This morning’s newspapers are full of stories of deep budgets that are sure to affect funds for scientific research. And buried deep inside is a story of a call by leading American scientists to research and develop new sources for energy-critical materials, such as lithium and tellurium.
There are two issues. Demand is rising for these materials to produce lighter weight vehicles, batteries for electric cars, thin film solar cells, and a variety of other emerging energy-related applications. At the same time, the largest known source of these materials, China, is taking steps to shut off the spigot.
HP's industry-changing 3D printing announcement for commercial-scale end-production wasn't the only news of note at RAPID 2016 this week. Here are six more game-changing software and hardware news items, plus some videos explaining HP's technology.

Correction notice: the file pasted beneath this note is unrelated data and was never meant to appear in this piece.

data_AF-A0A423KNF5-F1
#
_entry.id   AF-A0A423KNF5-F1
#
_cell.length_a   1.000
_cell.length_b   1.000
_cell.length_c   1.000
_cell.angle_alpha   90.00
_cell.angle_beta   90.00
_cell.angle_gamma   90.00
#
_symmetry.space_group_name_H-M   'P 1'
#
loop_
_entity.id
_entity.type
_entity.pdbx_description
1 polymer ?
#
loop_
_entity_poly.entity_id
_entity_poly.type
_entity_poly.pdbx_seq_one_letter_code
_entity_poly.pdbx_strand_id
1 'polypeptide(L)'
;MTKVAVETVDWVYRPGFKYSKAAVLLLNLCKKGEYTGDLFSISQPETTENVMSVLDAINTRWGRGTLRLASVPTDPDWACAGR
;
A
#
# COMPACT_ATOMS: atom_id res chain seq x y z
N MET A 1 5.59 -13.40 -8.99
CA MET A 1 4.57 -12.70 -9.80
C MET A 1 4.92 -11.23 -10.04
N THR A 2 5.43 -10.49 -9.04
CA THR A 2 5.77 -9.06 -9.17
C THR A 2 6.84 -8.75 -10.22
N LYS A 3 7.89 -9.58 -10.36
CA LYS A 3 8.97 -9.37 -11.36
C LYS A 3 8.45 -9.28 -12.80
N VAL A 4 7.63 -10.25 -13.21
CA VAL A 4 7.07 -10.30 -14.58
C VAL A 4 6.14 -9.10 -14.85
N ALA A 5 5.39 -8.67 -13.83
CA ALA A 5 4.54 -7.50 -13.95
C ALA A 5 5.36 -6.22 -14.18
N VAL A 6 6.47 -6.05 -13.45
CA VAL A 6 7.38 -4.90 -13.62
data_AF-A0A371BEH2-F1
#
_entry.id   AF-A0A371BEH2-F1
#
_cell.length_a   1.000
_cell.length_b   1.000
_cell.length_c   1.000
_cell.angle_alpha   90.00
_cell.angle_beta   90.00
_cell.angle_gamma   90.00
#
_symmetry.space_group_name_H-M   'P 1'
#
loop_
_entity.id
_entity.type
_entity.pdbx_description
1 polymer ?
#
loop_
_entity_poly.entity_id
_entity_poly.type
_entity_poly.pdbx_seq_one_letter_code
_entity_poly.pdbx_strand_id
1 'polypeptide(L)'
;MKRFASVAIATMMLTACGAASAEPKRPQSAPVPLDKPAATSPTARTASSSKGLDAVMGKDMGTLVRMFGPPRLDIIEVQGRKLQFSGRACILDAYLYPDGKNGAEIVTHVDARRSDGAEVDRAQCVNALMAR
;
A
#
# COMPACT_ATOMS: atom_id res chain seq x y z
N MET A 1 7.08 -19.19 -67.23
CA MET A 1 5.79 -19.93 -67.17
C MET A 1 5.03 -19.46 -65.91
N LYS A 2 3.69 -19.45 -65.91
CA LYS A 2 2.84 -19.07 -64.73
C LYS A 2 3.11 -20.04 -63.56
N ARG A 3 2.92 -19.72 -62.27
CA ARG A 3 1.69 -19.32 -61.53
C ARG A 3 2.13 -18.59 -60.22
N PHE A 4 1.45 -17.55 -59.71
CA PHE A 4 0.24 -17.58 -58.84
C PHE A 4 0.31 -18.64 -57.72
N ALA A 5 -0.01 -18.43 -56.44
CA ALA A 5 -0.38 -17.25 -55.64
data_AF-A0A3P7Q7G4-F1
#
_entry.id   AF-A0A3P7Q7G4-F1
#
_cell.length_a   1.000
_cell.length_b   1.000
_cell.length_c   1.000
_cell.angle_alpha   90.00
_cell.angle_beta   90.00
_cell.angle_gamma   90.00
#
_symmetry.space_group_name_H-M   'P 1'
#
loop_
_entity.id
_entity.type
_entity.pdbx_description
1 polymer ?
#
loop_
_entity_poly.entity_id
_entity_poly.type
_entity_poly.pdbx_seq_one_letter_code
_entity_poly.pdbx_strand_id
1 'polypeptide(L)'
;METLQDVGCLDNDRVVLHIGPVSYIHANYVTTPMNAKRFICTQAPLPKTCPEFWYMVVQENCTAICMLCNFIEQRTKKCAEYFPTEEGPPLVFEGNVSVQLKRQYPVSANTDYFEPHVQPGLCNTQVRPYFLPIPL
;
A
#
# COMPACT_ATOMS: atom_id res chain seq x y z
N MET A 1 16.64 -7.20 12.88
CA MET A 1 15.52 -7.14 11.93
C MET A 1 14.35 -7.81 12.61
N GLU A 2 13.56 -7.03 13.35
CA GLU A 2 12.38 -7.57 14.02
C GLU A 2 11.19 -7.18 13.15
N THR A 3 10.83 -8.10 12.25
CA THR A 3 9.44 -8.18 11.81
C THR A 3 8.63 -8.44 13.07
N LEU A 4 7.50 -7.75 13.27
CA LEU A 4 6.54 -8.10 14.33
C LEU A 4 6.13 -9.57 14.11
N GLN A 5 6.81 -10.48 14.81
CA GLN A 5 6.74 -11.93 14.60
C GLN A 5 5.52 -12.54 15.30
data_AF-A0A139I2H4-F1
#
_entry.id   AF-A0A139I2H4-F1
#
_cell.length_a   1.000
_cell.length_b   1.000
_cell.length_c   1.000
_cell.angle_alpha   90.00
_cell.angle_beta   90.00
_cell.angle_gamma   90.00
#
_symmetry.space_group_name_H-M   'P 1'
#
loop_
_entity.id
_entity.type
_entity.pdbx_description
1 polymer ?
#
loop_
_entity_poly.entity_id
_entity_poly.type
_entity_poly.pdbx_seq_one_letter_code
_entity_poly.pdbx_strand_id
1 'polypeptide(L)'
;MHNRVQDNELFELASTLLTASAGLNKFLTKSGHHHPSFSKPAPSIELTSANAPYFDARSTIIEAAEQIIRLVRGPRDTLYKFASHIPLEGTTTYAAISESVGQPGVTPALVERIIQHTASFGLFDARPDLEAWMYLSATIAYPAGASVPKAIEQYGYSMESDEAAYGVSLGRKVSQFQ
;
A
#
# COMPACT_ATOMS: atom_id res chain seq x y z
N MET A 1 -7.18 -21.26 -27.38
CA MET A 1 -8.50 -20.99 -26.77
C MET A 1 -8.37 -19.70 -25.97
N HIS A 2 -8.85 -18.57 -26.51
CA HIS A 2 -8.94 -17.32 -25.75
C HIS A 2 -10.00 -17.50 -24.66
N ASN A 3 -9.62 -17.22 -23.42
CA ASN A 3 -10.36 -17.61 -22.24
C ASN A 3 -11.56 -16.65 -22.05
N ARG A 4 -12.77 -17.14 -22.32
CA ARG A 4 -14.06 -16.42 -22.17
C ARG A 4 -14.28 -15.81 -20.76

HP has launched its long-heralded Multi Jet Fusion 3D printing technology for commercial-scale end-production, plus an ecosystem to go with it. The package could change the entire industrial market for making end-products with additive manufacturing. At the very least, it will be game-changing.
Nearly all the products in this latest crop of new adhesives target electronic and other components for consumer electronics and automotive assemblies. Some are alternatives to liquid adhesives, others are liquids that cure faster, and several stick well to multiple substrate materials.
Getting different types of spacecraft to Mars may require multiple fuel types. NASA is using 3D printing to try out a rocket engine turbopump design that can handle both liquid methane and liquid hydrogen propellant.
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